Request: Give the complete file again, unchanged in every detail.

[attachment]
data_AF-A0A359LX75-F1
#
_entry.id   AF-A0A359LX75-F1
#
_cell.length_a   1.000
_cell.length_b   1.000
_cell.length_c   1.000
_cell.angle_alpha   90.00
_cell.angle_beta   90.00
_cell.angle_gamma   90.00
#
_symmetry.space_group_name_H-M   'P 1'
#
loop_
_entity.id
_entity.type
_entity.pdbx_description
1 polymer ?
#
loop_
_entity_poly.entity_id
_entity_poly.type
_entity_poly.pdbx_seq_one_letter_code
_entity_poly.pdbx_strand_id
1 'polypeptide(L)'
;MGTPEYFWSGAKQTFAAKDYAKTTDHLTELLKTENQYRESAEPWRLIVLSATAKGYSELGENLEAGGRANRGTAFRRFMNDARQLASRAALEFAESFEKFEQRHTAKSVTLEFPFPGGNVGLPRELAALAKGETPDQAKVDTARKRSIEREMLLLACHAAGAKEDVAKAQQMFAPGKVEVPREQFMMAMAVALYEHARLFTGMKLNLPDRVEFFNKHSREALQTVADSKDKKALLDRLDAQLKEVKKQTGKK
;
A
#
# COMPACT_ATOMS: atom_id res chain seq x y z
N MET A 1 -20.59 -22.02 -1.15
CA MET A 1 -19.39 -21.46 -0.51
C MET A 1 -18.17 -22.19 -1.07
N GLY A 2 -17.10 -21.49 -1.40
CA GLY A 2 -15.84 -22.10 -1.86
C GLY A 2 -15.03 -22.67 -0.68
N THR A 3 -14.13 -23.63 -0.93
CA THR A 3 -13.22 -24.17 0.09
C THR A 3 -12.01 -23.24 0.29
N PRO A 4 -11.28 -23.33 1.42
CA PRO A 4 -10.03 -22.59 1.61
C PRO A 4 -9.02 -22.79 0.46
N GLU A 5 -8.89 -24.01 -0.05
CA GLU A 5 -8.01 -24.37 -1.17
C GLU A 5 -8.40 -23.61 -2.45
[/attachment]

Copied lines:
data_AF-A0A359LX75-F1
#
_entry.id   AF-A0A359LX75-F1
#
_cell.length_a   1.000
_cell.length_b   1.000
_cell.length_c   1.000
_cell.angle_alpha   90.00
_cell.angle_beta   90.00
_cell.angle_gamma   90.00
#
_symmetry.space_group_name_H-M   'P 1'
#
loop_
_entity.id
_entity.type
_entity.pdbx_description
1 polymer ?
#
loop_
_entity_poly.entity_id
_entity_poly.type
_entity_poly.pdbx_seq_one_letter_code
_entity_poly.pdbx_strand_id
1 'polypeptide(L)'
;MGTPEYFWSGAKQTFAAKDYAKTTDHLTELLKTENQYRESAEPWRLIVLSATAKGYSELGENLEAGGRANRGTAFRRFMNDARQLASRAALEFAESFEKFEQRHTAKSVTLEFPFPGGNVGLPRELAALAKGETPDQAKVDTARKRSIEREMLLLACHAAGAKEDVAKAQQMFAPGKVEVPREQFMMAMAVALYEHARLFTGMKLNLPDRVEFFNKHSREALQTVADSKDKKALLDRLDAQLKEVKKQTGKK
;
A
#
# COMPACT_ATOMS: atom_id res chain seq x y z
N MET A 1 -20.59 -22.02 -1.15
CA MET A 1 -19.39 -21.46 -0.51
C MET A 1 -18.17 -22.19 -1.07
N GLY A 2 -17.10 -21.49 -1.40
CA GLY A 2 -15.84 -22.10 -1.86
C GLY A 2 -15.03 -22.67 -0.68
N THR A 3 -14.13 -23.63 -0.93
CA THR A 3 -13.22 -24.17 0.09
C THR A 3 -12.01 -23.24 0.29
N PRO A 4 -11.28 -23.33 1.42
CA PRO A 4 -10.03 -22.59 1.61
C PRO A 4 -9.02 -22.79 0.46
N GLU A 5 -8.89 -24.01 -0.05
CA GLU A 5 -8.01 -24.37 -1.17
C GLU A 5 -8.40 -23.61 -2.45